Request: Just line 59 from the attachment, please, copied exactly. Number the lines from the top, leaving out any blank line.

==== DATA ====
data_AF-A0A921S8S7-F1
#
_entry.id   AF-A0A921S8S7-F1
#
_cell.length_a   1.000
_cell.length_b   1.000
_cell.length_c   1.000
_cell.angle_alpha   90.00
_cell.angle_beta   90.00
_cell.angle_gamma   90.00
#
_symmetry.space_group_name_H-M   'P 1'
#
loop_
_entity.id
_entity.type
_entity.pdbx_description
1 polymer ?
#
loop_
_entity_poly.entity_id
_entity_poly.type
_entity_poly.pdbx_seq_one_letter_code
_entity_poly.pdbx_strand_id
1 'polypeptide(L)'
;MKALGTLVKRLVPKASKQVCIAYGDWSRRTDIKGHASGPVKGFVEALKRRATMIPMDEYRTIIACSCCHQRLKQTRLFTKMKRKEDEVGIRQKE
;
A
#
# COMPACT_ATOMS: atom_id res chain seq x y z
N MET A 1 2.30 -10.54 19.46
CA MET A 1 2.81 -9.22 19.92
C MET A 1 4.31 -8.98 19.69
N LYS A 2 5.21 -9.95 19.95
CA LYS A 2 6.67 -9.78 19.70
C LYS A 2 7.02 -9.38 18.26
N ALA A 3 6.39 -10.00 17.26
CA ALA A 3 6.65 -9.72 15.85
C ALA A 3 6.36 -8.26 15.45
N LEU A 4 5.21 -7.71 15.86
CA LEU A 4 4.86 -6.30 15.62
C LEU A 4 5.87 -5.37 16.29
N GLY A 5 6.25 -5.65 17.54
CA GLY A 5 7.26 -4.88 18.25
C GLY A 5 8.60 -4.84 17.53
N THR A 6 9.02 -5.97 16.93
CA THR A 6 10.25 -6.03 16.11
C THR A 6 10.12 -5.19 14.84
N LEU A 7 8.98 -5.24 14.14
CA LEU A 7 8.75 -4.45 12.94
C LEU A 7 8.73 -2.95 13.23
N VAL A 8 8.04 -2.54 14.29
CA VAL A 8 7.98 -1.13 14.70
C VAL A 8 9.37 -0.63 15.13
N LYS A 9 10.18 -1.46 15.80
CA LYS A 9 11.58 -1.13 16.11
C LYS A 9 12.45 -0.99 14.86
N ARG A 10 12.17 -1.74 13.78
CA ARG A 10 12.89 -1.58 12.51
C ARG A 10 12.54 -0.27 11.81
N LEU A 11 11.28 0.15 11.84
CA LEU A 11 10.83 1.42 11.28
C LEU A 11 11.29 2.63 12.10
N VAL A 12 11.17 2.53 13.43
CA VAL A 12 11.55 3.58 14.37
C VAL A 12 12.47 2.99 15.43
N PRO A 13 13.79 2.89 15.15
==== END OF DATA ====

CA ARG A 10 12.89 -1.58 12.51